The report card of 4 leaders, plus Erdoğan

The report card of 4 leaders, plus Erdoğan

Leaders of the political parties that will run in the June 7 elections have geared up their elections campaigns with consecutive public rallies, as well as media interviews, in order to reach more people and garner more votes, with less than 10 days to go until polls. 

Instead of a humble political analysis about election results, let’s try to make assessments on the personal performances of each of these political party leaders and President Recep Tayyip Erdoğan who –although unconstitutionally- has been involved in election campaign. 

Prime Minister and Chairman of the Justice and Development Party (AKP) Ahmet Davutoğlu has occupied the seat of the party chairmanship for only nine months; this will be his first parliamentary election. In comparison with other leaders, Davutoğlu can be seen as the rookie of these elections, although he is sufficiently experienced in politics. Although he has shown improvement as an orator, especially at public rallies, he still needs to increase his performance. 

He became hoarse much earlier than all other leaders, as he thought speaking very loudly in rallies would make his voice better heard and polish his image as a leader. The disadvantage Davutoğlu has is that he is constantly compared to the real leader of the AKP, President Recep Tayyip Erdoğan. A recent description by the Financial Times of Davutoğlu as one under Erdoğan’s shadow is an observation shared by many in Ankara. 

Even the fact that Erdoğan had to roll up sleeves and begin campaigning was because of Davutoğlu’s poor performance, which failed to keep the AKP’s votes around the 50 percent mark. His rhetoric is not much different from Erdoğan’s, as he tries to depict the AKP as a life-time sufferer under the attack of a large coalition composed of three oppositional parties, the parallel state, terrorist organizations, national and international media groups all under the coordination of a superior mind. That may be because his political career will be more or less drawn on the night of June 7 according to the poll results.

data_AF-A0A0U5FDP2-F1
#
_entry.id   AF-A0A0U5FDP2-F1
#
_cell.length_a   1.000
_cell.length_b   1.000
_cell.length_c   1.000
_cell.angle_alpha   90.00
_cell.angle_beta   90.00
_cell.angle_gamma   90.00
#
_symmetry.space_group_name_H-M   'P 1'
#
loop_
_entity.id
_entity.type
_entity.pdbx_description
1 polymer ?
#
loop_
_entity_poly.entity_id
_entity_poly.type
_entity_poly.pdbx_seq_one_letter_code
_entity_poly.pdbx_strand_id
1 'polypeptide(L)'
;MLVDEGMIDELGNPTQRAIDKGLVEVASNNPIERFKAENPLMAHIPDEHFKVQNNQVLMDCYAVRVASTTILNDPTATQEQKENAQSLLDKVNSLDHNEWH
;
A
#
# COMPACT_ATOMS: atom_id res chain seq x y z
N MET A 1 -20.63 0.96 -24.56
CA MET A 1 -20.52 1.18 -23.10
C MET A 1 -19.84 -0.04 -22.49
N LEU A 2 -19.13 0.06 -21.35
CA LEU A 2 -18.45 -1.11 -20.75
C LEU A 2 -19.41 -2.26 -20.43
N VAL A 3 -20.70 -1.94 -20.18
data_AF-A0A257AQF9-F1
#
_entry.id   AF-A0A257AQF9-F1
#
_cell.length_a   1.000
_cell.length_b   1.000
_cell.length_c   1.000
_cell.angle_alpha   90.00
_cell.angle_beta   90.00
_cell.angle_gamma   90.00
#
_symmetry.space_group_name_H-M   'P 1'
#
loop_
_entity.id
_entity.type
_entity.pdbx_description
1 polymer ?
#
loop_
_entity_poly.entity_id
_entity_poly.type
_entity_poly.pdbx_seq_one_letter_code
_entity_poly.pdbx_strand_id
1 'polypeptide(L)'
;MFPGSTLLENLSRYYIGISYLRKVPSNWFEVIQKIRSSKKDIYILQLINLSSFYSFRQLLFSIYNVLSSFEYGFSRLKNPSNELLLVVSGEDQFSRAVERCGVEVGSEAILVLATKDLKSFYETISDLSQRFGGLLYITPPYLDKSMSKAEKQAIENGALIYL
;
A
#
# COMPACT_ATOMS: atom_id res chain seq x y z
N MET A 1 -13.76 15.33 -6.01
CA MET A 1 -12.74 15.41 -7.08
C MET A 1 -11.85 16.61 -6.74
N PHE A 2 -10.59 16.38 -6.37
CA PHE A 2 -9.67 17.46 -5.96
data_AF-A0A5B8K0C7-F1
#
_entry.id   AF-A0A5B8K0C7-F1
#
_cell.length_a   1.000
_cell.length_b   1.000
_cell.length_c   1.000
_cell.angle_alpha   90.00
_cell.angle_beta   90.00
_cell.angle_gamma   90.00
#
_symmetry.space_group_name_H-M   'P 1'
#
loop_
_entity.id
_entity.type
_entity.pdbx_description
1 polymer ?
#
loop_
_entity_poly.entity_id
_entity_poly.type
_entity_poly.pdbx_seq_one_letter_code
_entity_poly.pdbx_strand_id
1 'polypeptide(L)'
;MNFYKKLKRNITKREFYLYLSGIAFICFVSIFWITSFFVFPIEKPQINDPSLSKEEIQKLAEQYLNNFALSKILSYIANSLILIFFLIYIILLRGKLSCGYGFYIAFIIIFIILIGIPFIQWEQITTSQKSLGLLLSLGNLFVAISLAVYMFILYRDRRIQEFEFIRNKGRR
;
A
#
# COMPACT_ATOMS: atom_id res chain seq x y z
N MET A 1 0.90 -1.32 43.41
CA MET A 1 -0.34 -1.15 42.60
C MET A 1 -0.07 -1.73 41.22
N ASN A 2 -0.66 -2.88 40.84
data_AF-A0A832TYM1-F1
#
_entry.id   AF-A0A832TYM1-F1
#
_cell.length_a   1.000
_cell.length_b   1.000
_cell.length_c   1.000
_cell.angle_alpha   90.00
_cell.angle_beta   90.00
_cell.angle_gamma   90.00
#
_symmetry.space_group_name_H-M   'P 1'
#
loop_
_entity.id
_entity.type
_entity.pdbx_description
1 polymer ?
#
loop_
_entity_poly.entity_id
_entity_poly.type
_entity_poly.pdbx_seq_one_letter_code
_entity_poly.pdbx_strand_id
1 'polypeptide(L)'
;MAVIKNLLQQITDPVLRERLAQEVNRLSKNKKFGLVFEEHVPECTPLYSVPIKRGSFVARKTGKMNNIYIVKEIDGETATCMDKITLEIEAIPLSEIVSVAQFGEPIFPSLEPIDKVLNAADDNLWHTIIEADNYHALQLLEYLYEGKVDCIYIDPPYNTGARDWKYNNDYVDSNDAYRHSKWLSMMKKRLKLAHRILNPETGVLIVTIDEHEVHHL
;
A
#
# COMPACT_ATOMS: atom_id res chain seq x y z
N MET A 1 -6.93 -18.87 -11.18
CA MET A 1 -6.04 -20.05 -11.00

The main opposition Republican People’s Party (CHP) leader Kemal Kılıçdaroğlu is also pursuing a very dynamic campaign, holding four public rallies on May 29. The CHP’s campaign has been designed to introduce rather positive language, based on economic promises of the social democrat party. It has avoided direct confrontation or quarrel with Davutoğlu or Erdoğan, in order not to lose its focus; this has been largely successful in reaching out to the targeted segments of the society, according to party officials. Chairman of the CHP since 2009, Kılıçdaroğlu has obviously improved his ability to address the masses although he knows a potential failure in increasing the party votes will lead to a questioning of his leadership.  

The Nationalist Movement Party (MHP) leader Devlet Bahçeli, head of the nationalist party since the late 1990s, was the latest in both announcing his election manifesto and launching his election campaign. He travels less and appears in the media less than the three other leaders. The AKP’s adoption of a very nationalistic and anti-Kurdish peace process language has not left much room to the MHP. Instead, Bahçeli seems to be focused on the massive corruption and graft claims against Erdoğan and his family members, threatening to send him to the Supreme Court for trial if he comes to power. Bahçeli’s performance so far is not surprising when looking at his past experiences in polls. 

The surprise of these elections is the People’s Democratic Party’s (HDP) decision to run as the party for the parliament. The party has obviously come to this conclusion after its presidential candidate, co-leader of the HDP Selahattin Demirtaş, had 9.8 percent of votes at last year’s presidential competition. Demirtaş has introduced a young, sympathetic, humorous and charismatic politician that could also attract votes from the country’s non-Kurd citizens. Proving to have a good sense of humor and a positive rhetoric, Demirtaş has received appreciation from CHP’s Kılıçdaroğlu as well. Under a well-crafted tactic, the HDP plans to steal conservative votes from the AKP in mostly Kurdish-populated eastern and southeastern Anatolian regions, along with social-democrat and urban votes from the CHP in the Western parts of Anatolia. Whatever the result is, the performance Demirtaş has shown so far is far ahead from his competitors. 

Well, Erdoğan should also be counted in this list as he is holding his own political campaign as well. But there’s not much to say about him: simply Erdoğan, as you know.